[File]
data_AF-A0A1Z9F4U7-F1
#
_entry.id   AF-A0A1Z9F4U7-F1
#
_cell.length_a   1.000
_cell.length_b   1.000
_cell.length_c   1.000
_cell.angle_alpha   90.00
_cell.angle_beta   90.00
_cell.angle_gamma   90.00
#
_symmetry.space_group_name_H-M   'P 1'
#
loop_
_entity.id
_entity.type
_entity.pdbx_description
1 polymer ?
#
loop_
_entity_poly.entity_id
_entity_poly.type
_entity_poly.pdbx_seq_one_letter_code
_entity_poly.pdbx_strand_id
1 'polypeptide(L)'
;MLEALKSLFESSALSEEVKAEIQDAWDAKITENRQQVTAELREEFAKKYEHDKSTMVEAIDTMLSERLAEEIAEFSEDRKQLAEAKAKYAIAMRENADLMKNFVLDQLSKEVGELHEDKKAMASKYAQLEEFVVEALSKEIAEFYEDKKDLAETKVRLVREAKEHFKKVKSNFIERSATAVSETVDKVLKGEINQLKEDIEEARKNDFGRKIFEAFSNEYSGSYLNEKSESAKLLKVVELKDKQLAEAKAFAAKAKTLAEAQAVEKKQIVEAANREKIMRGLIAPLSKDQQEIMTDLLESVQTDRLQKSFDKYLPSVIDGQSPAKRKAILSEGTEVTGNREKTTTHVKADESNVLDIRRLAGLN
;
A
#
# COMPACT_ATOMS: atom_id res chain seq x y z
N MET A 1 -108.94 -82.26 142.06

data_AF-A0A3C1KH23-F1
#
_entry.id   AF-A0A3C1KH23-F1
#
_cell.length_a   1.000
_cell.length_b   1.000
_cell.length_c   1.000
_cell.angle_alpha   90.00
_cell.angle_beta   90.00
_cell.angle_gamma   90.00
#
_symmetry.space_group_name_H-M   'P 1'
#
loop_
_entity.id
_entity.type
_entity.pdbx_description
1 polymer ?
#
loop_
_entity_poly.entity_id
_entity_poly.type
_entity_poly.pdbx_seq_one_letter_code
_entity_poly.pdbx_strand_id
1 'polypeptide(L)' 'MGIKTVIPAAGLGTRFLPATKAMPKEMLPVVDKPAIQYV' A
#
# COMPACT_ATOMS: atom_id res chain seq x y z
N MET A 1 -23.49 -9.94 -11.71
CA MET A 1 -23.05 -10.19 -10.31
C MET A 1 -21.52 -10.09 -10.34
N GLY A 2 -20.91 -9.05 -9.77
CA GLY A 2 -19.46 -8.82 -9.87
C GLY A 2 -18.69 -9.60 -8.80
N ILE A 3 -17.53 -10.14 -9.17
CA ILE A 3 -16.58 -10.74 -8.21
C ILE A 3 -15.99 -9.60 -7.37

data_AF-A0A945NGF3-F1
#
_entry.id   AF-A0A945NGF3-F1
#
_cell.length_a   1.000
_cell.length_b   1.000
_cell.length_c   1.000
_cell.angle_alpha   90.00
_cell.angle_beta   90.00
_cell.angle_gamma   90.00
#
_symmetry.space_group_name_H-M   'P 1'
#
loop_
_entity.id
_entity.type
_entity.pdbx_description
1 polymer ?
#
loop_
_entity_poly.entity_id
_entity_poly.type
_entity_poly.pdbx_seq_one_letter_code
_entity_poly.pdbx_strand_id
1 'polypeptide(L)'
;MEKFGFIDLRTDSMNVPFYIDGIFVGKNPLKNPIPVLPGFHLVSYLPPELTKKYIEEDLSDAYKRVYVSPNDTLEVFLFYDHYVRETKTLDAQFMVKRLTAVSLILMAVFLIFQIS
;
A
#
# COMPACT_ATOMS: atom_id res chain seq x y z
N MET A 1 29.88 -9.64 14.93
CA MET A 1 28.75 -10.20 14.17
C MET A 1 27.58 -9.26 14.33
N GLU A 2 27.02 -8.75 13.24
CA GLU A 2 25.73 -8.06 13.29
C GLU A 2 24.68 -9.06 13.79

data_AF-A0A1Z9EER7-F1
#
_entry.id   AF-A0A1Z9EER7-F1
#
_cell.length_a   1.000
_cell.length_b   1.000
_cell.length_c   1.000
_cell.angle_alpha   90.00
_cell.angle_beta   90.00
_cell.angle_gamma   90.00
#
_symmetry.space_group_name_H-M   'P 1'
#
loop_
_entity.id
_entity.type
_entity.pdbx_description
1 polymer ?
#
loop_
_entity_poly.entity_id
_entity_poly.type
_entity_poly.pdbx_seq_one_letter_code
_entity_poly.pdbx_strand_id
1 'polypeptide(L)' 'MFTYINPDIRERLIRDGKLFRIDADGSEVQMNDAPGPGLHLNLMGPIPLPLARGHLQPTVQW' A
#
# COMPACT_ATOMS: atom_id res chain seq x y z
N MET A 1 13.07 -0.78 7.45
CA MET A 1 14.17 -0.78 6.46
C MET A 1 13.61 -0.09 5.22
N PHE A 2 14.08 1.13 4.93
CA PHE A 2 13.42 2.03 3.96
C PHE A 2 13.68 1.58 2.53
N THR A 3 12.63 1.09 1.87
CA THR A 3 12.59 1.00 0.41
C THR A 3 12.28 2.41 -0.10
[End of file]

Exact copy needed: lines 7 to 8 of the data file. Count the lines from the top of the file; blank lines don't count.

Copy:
_cell.length_c   1.000
_cell.angle_alpha   90.00